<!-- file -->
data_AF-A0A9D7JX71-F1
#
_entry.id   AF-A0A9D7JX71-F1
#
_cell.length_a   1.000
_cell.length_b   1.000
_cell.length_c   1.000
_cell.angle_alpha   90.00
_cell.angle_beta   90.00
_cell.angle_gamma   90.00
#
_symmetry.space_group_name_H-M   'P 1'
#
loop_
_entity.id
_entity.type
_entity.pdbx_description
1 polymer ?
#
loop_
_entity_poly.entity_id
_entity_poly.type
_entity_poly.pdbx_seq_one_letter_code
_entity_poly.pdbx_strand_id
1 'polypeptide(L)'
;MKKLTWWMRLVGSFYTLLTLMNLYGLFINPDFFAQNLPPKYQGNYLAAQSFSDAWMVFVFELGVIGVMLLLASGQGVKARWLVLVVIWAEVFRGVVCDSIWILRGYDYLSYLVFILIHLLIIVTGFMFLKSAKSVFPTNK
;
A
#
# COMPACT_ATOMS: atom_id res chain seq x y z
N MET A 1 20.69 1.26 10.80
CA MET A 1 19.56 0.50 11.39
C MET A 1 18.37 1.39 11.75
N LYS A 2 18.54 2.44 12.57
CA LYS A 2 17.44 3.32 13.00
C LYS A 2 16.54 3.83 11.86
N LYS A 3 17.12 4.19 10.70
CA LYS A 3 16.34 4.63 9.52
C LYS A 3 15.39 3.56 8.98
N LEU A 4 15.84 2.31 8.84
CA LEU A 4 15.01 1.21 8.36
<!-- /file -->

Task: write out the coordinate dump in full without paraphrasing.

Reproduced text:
data_AF-A0A9D7JX71-F1
#
_entry.id   AF-A0A9D7JX71-F1
#
_cell.length_a   1.000
_cell.length_b   1.000
_cell.length_c   1.000
_cell.angle_alpha   90.00
_cell.angle_beta   90.00
_cell.angle_gamma   90.00
#
_symmetry.space_group_name_H-M   'P 1'
#
loop_
_entity.id
_entity.type
_entity.pdbx_description
1 polymer ?
#
loop_
_entity_poly.entity_id
_entity_poly.type
_entity_poly.pdbx_seq_one_letter_code
_entity_poly.pdbx_strand_id
1 'polypeptide(L)'
;MKKLTWWMRLVGSFYTLLTLMNLYGLFINPDFFAQNLPPKYQGNYLAAQSFSDAWMVFVFELGVIGVMLLLASGQGVKARWLVLVVIWAEVFRGVVCDSIWILRGYDYLSYLVFILIHLLIIVTGFMFLKSAKSVFPTNK
;
A
#
# COMPACT_ATOMS: atom_id res chain seq x y z
N MET A 1 20.69 1.26 10.80
CA MET A 1 19.56 0.50 11.39
C MET A 1 18.37 1.39 11.75
N LYS A 2 18.54 2.44 12.57
CA LYS A 2 17.44 3.32 13.00
C LYS A 2 16.54 3.83 11.86
N LYS A 3 17.12 4.19 10.70
CA LYS A 3 16.34 4.63 9.52
C LYS A 3 15.39 3.56 8.98
N LEU A 4 15.84 2.31 8.84
CA LEU A 4 15.01 1.21 8.36